Battling Battlestars

On a whim I decided to compare and contrast the turn-of-the-century Battlestar Galactica and the original from the 1970’s.

Battlestar Galactica Model and Phot by Andrew Creighton

The stylistic differences are obvious, as thirty years of technological advancement has led to an FX wonder, but the primary differences are more fundamental, not only in their view of enemies, but much more critically in their view of humanity.

[SPOILER WARNING: If you have not seen these series, plot details will be given away.]

The differences in characterization are aptly summed up in a furious and accurate rant by the original Starbuck.

A quick excerpt:

So that a television show based on hope, spiritual faith and family is un-imagined and regurgitated as a show of despair, sexual violence and family dysfunction. To better reflect the times of ambiguous morality in which we live, one would assume. A show in which the aliens (Cylons) are justified in their desire to destroy human civilization, one would assume. Indeed, let us not say who the good guys are and who the bad are. That is being “judgmental,” taking sides, and that kind of (simplistic) thinking went out with Margaret Thatcher and Ronald Reagan and Kathryn Hepburn and John Wayne and, well, the original “Battlestar Galactica.”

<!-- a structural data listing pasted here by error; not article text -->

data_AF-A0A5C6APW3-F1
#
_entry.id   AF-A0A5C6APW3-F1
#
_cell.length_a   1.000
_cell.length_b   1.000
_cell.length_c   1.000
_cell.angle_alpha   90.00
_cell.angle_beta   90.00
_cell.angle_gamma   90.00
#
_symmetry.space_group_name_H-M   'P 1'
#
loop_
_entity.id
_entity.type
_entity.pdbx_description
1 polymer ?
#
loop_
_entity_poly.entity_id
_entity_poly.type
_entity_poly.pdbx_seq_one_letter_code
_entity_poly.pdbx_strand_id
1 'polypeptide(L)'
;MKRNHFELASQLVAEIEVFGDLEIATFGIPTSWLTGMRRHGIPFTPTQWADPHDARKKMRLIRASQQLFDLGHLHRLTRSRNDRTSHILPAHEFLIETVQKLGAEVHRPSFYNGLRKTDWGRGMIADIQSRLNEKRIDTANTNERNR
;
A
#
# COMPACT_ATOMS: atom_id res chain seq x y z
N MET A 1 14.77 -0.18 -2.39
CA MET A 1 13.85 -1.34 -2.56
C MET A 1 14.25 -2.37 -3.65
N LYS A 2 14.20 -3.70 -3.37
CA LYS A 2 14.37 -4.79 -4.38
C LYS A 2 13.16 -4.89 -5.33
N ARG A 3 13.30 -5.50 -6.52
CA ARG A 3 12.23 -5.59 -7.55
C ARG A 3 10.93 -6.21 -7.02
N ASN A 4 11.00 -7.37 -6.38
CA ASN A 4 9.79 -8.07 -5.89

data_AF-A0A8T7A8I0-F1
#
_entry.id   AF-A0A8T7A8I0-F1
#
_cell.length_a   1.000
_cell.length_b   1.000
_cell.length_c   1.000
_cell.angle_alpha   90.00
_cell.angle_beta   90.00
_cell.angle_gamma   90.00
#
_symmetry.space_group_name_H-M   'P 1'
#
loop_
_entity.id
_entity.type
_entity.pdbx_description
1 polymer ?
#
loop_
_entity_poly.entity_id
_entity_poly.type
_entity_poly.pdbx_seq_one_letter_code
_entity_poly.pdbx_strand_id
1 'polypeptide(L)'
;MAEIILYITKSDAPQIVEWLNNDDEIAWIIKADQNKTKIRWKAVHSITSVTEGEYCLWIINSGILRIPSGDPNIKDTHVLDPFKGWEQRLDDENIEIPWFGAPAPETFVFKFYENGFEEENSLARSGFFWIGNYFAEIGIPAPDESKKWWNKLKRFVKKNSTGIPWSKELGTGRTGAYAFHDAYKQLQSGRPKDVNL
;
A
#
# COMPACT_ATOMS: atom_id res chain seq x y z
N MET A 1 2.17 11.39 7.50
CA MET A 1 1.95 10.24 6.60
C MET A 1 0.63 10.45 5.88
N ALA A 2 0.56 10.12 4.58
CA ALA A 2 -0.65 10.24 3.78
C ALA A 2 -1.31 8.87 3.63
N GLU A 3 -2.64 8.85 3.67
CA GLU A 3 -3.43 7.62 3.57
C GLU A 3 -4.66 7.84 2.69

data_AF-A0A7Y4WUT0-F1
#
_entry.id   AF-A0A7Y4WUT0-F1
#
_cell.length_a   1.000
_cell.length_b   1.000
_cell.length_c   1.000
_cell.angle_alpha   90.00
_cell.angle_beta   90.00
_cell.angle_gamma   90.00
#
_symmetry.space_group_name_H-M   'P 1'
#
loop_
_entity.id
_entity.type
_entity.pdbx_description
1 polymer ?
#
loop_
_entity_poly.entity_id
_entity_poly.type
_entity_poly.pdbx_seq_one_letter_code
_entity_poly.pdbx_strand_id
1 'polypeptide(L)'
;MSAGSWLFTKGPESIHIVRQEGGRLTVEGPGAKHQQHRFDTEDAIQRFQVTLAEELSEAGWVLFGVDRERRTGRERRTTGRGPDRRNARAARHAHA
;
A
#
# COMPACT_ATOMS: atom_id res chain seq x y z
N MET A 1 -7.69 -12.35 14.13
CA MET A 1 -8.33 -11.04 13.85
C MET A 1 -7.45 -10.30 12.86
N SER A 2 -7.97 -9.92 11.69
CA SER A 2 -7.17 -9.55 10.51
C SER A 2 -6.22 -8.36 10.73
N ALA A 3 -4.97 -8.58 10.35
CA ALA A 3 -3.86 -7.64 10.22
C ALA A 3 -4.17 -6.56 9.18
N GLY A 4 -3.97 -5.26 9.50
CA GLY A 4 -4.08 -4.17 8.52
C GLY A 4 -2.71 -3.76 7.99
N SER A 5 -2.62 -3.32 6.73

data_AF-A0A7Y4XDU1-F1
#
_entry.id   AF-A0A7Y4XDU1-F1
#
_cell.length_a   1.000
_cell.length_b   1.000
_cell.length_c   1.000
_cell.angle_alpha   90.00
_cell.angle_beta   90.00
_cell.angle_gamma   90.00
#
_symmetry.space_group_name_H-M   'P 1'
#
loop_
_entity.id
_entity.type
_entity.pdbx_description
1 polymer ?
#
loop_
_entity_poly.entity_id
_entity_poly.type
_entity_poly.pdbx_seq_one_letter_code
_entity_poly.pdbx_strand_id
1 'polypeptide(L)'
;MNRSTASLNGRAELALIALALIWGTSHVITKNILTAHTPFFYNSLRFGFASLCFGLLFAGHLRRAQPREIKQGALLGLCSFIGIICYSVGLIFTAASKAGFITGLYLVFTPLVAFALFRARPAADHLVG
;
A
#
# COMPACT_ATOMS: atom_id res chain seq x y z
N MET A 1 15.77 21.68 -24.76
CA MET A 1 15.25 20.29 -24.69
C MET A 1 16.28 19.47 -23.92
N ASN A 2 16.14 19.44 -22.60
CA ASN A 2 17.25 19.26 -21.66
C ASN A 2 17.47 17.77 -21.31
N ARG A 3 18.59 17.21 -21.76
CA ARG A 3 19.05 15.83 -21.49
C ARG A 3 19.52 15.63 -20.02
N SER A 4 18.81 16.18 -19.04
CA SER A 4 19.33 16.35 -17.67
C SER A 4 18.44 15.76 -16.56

He does strike upon a fundamental change in the cultures that presented them.

First, we have gone from seeing right and wrong to hating the concept.  In the original series, the Cylons were a foreign threat, created by a lizard race, and turned against all life.  Humanity was just their latest hatred in a general pursuit of all that is different in life.  This echoed the societal view of a people with living memories of Pearl Harbor and the millions fleeing from Communist conquests across the globe.

Sometime in the 1990’s that view inverted, and now we have a Battlestar Galactica where the Cylons, just like all of humanity’s problems, are our fault.  Humans made Cylons, betrayed them, and deserved their ire.  This harks back to the liberal assumption that all wrongdoing in Earthly foreign affairs are due to America.  If we were not strong, we would not be hated.  If we did not have soldiers protecting humanitarian aid shipments, Somalia would have no warlords to attack them in Mogadishu, etc.